I said, “Well, then I’ll choose.”
“You’d better be right.”
After another two weeks, we started to make progress, but it still wasn’t fast enough. I had a team meeting with my managers and asked, “What will it take to finish this project? Just this one here?”
One of the managers said, “If Tom and Harry and Jane can concentrate on just that project for a week, we can finish it.”
I said, “OK, have them do that. Now, what about that crisis over there?”
“Well, we need Harry…”
“Sorry, you can’t have him. Who else can you use, and how long will it take?”
We asked these questions for all the outstanding work. At the end, we had small teams assigned to one problem each. As they completed one problem, we had a ranked list of problems to provide them. Each team knew what problems to work on in rank order. We knew if we could fix the problems, we could give ourselves time to work on the program.
In about two weeks, we were half-staffed on the program. The developers were thrilled to finish something—especially fixing problems that bugged them as much as the customers. The managers were happy about not having to move people around. I was happy that we finally got some things done. My senior managers were still unhappy with my progress.
Over the next few weeks, we discovered new problems. We continued to ask teams, not specific people, to fix problems. After two months of this, we finally had the problems under control. The developers could focus on the program, because the continuing engineering department was able to address and fix the field problems. That’s when we started to make huge progress on the release, because we worked by feature and assessed our progress biweekly.
We used a combination of approaches: continuing engineering used a kanban approach because the problems were smaller than the features for a release. They could limit their work in progress and work on one problem at a time until it was fixed. The developers and testers worked together on features, using two-week timeboxes. They finished chunks of work, already integrated. By the end of the four months, we had a release, although we didn’t have all the features our senior management wanted. We had the field problems under control. We hadn’t added a ton of technical debt.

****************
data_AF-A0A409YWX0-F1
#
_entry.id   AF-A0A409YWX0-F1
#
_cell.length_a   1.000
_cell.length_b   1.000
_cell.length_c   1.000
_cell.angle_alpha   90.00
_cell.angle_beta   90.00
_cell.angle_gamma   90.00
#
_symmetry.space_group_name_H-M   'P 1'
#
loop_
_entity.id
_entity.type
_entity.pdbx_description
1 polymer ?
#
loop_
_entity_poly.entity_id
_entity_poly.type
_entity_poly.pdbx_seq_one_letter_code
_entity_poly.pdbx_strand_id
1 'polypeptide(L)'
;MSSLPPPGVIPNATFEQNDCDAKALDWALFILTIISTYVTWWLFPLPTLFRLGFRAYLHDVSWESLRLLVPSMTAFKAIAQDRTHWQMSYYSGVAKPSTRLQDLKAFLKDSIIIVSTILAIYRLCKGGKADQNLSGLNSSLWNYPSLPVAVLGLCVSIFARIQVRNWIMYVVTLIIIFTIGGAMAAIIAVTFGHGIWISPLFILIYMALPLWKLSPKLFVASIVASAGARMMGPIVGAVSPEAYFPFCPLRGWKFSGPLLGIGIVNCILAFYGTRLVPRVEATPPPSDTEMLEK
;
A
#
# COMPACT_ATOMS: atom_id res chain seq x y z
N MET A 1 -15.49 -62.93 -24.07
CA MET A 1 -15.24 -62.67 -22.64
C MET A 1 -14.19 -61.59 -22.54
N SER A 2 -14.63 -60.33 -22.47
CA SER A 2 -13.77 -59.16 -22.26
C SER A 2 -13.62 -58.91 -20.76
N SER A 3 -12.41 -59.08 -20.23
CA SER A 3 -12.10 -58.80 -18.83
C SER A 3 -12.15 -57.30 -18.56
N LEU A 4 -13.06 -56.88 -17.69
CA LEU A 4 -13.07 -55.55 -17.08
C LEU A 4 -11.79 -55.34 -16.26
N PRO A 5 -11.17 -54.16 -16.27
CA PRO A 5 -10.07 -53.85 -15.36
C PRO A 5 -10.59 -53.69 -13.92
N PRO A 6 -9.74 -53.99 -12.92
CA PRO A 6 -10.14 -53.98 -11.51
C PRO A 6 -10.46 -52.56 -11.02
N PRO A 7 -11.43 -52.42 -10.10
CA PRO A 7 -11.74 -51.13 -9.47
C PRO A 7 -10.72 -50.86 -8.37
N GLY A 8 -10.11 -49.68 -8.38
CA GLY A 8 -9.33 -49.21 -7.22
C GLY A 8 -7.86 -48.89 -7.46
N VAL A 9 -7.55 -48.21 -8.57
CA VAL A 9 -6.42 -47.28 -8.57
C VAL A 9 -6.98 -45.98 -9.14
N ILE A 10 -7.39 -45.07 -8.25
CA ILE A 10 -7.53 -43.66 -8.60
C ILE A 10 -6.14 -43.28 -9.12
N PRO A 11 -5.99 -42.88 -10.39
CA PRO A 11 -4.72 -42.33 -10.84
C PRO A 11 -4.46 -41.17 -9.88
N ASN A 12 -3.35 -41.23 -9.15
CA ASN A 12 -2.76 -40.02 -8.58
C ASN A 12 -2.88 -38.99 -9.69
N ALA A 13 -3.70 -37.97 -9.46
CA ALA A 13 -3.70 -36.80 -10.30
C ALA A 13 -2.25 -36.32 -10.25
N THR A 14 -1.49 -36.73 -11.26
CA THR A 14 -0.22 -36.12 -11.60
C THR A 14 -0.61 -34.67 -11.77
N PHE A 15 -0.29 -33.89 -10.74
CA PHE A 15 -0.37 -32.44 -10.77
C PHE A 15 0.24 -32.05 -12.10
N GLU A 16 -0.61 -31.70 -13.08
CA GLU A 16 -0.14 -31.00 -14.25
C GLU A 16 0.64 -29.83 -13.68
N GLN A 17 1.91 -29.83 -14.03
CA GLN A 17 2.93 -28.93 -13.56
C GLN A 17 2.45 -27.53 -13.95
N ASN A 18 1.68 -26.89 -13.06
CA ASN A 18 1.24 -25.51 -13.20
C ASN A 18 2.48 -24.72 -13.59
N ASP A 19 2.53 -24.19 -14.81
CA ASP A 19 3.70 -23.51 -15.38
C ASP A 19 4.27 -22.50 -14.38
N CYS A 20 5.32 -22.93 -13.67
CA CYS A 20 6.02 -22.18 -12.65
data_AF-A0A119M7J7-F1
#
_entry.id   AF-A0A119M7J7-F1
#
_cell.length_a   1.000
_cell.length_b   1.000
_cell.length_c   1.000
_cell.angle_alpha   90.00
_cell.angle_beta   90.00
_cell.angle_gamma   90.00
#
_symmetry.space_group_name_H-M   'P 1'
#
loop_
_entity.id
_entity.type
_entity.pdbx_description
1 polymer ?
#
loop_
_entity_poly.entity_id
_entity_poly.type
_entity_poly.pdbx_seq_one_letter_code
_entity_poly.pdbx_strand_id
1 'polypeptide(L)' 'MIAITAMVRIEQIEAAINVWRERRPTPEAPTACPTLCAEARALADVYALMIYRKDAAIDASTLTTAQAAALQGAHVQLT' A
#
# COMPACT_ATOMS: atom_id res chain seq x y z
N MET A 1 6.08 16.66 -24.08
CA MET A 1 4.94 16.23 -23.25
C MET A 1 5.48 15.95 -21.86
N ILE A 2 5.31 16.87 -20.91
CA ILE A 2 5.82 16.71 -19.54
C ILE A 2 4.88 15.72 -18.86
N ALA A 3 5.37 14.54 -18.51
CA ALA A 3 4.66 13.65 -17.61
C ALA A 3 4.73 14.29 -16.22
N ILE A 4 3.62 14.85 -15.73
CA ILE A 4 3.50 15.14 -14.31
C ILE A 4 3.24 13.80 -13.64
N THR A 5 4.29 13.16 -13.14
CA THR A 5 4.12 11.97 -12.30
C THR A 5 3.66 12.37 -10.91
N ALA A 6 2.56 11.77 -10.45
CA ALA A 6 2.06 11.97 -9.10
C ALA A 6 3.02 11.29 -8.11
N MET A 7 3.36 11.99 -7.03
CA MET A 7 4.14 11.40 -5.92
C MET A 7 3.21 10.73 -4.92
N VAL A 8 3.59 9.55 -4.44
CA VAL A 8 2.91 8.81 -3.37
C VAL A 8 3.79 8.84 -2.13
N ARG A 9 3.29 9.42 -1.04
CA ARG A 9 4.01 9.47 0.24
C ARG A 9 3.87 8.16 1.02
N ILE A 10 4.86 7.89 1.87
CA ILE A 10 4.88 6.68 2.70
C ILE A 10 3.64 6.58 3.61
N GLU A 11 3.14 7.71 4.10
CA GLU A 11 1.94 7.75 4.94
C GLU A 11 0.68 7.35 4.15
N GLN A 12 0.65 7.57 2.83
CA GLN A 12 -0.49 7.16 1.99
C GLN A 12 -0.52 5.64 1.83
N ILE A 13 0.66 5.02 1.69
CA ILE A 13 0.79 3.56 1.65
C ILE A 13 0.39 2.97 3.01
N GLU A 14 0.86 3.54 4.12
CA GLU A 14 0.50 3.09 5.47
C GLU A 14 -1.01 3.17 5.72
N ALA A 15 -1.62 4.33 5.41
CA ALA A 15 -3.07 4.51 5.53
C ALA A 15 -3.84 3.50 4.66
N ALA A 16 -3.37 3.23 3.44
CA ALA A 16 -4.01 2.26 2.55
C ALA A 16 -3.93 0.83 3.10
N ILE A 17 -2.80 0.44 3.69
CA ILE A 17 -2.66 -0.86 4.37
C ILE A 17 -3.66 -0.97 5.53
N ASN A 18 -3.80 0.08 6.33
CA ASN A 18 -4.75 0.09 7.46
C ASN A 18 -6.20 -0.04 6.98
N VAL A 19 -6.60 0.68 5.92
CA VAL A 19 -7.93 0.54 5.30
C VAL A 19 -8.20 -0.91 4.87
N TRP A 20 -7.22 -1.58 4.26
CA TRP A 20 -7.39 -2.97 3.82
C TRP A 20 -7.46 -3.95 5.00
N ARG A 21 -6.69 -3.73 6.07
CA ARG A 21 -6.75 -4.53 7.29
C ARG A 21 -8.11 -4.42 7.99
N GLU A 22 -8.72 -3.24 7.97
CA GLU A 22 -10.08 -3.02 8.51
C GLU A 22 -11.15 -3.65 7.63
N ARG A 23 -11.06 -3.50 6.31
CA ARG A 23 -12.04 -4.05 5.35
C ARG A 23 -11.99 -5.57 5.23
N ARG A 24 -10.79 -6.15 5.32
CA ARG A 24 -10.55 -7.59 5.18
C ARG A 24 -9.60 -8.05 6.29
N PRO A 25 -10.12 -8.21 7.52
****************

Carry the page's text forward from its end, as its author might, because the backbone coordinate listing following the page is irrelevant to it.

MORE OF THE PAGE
And the people who remained learned that they could work on one project at a time, one task at a time, until it was done. They could make more progress doing one thing (a problem or a feature) at a time than splitting their time among several pieces of work, even if the work was related.
If I could manage the project portfolio with an organization reeling from a layoff, where we had an unstated strategic plan, where the senior managers had trouble deciding what to do on any given day, you can do this for your work. You may need different approaches for different groups. One group might need to limit the work in progress, especially if you’re in a serial life cycle and people with different expertise cycle in and out of the project. You might decide to work in one-week timeboxes instead of two weeks.
When you finish features regardless of your life cycle, you have more flexibility to manage what the teams do. You can manage the project portfolio because the teams finish work. The teams don’t multitask between several pieces of
Here’s the secret of project portfolio management: you can do it all. Just not all at the same time.
Here's the workbook I referred to in the Preface: Reader Resources for Manage Your Project Portfolio.
You can buy the book from the Pragmatic Bookshelf both in print or in DRM-free electronic copy (which includes pdf, mobi and kindle versions). The Prags have a deal if you buy both the ebook and the print book.
You can also buy the book from Amazon.
The folks at getabstract like the book. They gave it a thumbs up!